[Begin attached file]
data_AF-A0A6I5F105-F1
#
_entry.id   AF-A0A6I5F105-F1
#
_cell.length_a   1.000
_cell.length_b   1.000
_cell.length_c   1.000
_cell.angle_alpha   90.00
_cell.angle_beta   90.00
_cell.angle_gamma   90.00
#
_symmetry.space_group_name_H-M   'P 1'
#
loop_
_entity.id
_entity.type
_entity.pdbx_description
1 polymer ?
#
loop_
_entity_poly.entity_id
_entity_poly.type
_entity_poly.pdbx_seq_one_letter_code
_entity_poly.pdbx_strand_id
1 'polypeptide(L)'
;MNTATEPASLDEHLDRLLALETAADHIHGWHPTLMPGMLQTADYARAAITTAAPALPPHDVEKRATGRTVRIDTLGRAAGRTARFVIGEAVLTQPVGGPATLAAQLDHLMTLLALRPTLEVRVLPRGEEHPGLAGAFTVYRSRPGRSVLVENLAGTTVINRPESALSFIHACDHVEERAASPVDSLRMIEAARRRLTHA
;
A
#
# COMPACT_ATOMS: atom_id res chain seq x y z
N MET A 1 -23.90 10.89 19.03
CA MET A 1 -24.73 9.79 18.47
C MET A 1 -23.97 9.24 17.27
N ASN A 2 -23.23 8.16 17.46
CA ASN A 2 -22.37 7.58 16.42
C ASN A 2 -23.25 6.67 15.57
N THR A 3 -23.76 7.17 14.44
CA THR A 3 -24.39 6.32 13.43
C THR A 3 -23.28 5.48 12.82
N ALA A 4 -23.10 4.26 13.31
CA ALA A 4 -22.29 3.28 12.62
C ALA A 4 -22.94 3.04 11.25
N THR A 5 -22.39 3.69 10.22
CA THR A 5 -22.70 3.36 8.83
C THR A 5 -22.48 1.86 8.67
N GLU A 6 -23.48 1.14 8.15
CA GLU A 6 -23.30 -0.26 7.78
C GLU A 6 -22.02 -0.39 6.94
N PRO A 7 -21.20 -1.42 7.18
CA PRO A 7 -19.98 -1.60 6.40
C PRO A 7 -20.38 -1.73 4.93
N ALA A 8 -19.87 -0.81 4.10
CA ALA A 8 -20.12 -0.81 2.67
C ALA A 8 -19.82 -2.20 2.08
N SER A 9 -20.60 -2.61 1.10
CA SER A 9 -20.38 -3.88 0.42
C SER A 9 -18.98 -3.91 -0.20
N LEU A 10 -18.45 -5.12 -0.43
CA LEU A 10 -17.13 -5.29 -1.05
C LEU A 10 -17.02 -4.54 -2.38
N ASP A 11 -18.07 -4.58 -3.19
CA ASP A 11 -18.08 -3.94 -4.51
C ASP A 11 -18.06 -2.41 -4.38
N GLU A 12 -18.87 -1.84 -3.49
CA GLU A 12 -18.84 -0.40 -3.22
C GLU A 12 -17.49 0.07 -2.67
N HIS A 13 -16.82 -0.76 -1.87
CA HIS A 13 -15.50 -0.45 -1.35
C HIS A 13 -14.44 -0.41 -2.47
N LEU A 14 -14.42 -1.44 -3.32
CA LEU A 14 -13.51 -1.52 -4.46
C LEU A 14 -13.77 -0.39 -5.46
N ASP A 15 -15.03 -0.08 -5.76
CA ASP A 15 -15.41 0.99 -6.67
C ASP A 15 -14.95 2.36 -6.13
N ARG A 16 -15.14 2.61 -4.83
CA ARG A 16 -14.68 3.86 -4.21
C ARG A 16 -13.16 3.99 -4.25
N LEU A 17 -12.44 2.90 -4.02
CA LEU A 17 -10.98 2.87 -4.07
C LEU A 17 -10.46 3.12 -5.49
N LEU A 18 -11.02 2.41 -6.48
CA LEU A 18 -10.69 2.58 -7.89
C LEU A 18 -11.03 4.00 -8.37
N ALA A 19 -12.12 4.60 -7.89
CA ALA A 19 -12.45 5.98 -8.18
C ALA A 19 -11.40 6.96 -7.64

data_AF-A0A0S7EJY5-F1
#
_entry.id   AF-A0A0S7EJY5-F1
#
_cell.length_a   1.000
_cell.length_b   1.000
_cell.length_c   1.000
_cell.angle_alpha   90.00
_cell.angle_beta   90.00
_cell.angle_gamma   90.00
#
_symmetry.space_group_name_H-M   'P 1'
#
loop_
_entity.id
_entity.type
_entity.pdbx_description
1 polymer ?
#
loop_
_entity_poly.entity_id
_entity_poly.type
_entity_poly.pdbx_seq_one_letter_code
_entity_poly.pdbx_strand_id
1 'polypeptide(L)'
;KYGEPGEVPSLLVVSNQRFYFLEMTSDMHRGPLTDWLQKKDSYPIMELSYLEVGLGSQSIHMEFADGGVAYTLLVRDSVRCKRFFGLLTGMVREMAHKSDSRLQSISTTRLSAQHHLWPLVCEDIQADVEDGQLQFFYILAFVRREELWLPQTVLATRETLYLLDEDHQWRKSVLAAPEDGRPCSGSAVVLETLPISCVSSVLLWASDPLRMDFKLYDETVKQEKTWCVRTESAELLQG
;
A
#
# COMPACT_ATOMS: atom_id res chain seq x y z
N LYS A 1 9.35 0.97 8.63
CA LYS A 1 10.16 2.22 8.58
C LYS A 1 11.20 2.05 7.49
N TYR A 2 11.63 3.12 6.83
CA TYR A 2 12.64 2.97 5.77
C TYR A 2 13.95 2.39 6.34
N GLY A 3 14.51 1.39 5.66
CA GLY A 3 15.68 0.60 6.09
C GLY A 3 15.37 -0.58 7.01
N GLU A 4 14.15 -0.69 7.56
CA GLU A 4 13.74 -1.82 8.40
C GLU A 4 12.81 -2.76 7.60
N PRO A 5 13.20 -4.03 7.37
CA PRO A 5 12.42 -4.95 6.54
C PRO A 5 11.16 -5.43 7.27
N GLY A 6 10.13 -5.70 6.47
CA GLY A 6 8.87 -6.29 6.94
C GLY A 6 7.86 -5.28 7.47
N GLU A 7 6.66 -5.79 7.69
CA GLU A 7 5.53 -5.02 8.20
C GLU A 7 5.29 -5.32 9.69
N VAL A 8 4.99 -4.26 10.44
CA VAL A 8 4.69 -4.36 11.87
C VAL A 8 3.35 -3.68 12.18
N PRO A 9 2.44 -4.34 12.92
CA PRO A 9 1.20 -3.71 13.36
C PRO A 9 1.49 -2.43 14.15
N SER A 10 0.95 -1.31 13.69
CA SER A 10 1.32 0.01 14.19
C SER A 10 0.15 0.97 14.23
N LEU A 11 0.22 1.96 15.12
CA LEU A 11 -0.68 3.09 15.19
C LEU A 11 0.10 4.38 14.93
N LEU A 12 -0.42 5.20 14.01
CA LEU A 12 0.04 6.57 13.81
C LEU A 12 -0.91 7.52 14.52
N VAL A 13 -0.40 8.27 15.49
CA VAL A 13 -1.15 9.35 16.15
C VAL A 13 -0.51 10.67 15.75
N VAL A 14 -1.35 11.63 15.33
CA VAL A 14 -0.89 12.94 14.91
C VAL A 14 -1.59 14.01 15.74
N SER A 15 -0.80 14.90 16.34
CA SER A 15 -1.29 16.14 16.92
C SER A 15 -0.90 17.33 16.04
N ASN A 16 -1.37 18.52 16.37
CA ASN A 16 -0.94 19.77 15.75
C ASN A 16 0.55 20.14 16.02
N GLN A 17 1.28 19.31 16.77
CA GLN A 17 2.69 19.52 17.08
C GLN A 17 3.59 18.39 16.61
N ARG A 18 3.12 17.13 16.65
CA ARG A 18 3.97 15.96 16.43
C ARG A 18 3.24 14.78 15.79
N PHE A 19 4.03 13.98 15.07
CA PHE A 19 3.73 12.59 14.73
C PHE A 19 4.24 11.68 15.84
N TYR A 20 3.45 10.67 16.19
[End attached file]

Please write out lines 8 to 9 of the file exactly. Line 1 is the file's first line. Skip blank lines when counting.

_cell.angle_alpha   90.00
_cell.angle_beta   90.00